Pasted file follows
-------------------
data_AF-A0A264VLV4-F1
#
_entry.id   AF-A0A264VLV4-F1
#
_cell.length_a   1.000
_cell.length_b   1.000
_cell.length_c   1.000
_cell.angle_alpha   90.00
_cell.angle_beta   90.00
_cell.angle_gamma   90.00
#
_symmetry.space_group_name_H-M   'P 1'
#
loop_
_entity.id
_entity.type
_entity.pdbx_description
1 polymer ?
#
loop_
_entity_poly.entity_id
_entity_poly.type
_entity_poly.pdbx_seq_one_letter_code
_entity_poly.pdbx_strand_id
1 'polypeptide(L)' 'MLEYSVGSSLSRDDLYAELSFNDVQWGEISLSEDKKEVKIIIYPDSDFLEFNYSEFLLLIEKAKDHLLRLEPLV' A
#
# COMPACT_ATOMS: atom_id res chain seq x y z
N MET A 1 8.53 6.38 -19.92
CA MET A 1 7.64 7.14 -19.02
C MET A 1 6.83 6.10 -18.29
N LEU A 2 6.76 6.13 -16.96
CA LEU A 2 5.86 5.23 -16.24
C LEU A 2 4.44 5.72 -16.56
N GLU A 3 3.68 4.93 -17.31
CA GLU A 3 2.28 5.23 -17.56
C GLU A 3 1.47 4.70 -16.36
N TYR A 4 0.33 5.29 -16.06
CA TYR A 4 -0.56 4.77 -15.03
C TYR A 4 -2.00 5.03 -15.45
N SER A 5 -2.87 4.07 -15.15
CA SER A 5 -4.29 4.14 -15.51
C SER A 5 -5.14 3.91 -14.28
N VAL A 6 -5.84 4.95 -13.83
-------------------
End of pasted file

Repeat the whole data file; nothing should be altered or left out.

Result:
data_AF-A0A264VLV4-F1
#
_entry.id   AF-A0A264VLV4-F1
#
_cell.length_a   1.000
_cell.length_b   1.000
_cell.length_c   1.000
_cell.angle_alpha   90.00
_cell.angle_beta   90.00
_cell.angle_gamma   90.00
#
_symmetry.space_group_name_H-M   'P 1'
#
loop_
_entity.id
_entity.type
_entity.pdbx_description
1 polymer ?
#
loop_
_entity_poly.entity_id
_entity_poly.type
_entity_poly.pdbx_seq_one_letter_code
_entity_poly.pdbx_strand_id
1 'polypeptide(L)' 'MLEYSVGSSLSRDDLYAELSFNDVQWGEISLSEDKKEVKIIIYPDSDFLEFNYSEFLLLIEKAKDHLLRLEPLV' A
#
# COMPACT_ATOMS: atom_id res chain seq x y z
N MET A 1 8.53 6.38 -19.92
CA MET A 1 7.64 7.14 -19.02
C MET A 1 6.83 6.10 -18.29
N LEU A 2 6.76 6.13 -16.96
CA LEU A 2 5.86 5.23 -16.24
C LEU A 2 4.44 5.72 -16.56
N GLU A 3 3.68 4.93 -17.31
CA GLU A 3 2.28 5.23 -17.56
C GLU A 3 1.47 4.70 -16.36
N TYR A 4 0.33 5.29 -16.06
CA TYR A 4 -0.56 4.77 -15.03
C TYR A 4 -2.00 5.03 -15.45
N SER A 5 -2.87 4.07 -15.15
CA SER A 5 -4.29 4.14 -15.51
C SER A 5 -5.14 3.91 -14.28
N VAL A 6 -5.84 4.95 -13.83